“Hashrate” refers to the total combined computational power that is being used to mine and process transactions on a Proof-of-Work blockchain, such as Bitcoin and Ethereum (prior to the 2.0 upgrade). A “hash” is a fixed-length alphanumeric code that is used to represent words, messages and data of any length.
Machines with a high hash power are highly efficient and can process a lot of data in a single second. In the case of Bitcoin, the hashrate indicates the number of times hash values are calculated for PoW every second. Hashrate is usually measured in units of k (kilo, 1,000), M (mega, 1 million), G (giga, 1 billion), or T (tera, 1 trillion). For example, 1 Mhash/s indicates 1 million hash calculations are done every second.
Before new transactional data can be added to the next block in the chain, miners must compete using their machines to guess a number. More specifically, miners are trying to produce a hash that is lower than or equal to the numeric value of the ‘target’ hash by changing a single value called a ‘nonce’. Each time the nonce is changed, an entirely new hash is created.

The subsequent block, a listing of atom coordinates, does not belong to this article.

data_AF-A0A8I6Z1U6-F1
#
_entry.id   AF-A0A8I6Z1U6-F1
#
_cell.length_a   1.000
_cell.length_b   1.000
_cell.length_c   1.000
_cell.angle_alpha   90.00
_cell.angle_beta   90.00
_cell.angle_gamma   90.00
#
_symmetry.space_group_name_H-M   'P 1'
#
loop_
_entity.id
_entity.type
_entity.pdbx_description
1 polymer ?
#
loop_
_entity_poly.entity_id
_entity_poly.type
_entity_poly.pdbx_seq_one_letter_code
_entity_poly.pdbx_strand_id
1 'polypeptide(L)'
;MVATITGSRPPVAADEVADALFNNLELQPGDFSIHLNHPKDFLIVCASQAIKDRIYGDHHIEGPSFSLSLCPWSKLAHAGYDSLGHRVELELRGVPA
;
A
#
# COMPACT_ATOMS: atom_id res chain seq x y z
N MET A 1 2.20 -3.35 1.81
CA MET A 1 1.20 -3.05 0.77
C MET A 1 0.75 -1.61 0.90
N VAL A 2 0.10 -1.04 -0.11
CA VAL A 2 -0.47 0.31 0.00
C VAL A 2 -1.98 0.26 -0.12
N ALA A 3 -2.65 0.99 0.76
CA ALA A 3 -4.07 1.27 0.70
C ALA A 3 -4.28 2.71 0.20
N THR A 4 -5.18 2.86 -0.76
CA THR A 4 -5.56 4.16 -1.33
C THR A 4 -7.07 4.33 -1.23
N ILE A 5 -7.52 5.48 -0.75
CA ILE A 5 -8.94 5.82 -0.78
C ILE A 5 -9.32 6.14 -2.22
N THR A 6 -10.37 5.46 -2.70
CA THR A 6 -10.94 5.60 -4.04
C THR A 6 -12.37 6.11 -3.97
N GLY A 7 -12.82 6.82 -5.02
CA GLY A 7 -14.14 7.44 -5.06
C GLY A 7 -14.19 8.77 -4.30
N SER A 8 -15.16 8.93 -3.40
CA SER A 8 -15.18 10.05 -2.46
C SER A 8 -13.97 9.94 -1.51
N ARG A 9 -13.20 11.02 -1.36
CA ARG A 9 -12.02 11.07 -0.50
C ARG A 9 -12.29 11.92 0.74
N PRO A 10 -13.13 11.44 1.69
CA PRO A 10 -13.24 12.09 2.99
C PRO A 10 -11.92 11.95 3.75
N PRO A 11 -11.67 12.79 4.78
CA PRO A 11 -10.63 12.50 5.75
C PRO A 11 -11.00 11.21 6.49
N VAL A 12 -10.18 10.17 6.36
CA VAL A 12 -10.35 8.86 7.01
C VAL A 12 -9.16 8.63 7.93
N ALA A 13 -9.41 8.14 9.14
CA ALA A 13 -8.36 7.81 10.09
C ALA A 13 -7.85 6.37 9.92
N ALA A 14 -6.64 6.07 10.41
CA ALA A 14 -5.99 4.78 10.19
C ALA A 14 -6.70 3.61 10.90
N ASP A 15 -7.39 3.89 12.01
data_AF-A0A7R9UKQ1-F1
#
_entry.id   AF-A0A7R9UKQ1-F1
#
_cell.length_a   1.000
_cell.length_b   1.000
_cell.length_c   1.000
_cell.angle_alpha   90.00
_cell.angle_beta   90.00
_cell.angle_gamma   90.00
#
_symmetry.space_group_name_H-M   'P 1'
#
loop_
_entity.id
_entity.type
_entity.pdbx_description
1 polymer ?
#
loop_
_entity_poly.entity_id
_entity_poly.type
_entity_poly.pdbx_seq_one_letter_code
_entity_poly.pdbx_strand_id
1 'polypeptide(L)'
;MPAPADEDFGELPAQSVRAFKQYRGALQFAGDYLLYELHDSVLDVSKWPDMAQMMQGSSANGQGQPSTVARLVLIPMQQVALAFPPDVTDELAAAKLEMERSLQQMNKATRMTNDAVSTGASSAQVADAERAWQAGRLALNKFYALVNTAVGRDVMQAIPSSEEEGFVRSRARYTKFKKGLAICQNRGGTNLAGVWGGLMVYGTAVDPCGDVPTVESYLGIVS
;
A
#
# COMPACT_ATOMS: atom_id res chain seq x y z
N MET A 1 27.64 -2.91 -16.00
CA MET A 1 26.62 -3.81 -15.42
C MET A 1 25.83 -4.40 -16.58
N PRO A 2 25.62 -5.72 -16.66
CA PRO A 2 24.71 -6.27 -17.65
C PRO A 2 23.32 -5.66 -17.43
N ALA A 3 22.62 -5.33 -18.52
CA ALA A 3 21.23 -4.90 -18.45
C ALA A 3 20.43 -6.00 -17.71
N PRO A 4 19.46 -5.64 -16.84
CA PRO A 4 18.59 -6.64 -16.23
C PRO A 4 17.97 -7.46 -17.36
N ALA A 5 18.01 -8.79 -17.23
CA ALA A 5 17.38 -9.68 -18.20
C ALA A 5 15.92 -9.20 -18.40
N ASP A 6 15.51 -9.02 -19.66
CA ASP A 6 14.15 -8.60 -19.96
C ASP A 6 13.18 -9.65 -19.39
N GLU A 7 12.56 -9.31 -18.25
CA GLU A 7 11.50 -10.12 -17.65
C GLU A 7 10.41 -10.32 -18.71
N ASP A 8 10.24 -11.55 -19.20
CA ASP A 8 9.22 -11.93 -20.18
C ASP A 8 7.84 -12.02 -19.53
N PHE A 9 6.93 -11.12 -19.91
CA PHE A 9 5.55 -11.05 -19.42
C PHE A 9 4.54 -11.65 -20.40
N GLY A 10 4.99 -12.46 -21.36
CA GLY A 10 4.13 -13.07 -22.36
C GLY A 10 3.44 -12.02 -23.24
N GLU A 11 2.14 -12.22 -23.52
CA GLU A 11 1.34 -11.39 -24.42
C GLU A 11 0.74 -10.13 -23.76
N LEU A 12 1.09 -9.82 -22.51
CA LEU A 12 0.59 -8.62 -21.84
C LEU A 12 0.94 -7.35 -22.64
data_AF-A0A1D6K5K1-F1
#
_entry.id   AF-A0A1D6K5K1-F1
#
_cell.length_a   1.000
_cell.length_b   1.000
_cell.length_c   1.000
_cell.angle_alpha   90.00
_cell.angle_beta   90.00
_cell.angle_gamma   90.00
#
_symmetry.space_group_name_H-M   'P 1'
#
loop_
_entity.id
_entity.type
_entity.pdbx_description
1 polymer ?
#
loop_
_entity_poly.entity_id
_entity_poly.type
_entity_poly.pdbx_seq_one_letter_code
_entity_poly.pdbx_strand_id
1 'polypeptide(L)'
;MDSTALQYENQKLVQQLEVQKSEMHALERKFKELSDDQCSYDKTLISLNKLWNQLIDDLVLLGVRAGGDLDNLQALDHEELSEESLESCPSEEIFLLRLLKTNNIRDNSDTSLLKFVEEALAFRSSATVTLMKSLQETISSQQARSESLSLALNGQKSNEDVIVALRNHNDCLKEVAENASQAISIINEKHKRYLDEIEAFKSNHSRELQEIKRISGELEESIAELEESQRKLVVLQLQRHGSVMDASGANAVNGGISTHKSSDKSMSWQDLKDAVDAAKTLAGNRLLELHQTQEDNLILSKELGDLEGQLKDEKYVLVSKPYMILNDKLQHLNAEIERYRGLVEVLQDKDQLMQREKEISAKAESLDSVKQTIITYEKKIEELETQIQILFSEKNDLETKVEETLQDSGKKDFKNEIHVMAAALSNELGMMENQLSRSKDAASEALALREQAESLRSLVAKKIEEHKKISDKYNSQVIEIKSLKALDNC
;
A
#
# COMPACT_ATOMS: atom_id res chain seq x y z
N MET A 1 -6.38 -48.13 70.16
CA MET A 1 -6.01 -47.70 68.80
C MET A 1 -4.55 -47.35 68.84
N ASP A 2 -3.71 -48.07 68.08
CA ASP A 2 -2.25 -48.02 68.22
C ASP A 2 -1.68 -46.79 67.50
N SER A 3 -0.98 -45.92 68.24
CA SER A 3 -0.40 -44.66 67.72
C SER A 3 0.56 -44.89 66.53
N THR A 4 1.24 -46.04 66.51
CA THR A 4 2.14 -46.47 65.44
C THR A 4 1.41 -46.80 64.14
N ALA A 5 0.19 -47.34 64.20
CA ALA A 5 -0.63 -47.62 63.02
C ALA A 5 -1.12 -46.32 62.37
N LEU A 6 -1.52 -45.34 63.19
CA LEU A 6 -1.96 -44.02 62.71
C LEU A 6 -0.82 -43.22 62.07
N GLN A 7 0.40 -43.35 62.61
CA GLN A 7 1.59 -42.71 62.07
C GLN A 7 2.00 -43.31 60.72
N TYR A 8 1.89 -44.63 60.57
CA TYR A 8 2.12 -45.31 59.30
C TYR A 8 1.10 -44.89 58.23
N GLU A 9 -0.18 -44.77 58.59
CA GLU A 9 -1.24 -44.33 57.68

Adding a block to blockchain “confirms” of all the transactions stored within that block Every time a new block is added on top of earlier blocks, those earlier transactions are reconfirmed again and again, becoming more and more impossible to change.
For instance, the hash for “temu land” using the hashing algorithm that Bitcoin uses, SHA256, is 45ce09fa2b91db573376824a2d5df288eb617e5067ef7f852491b3764f37f671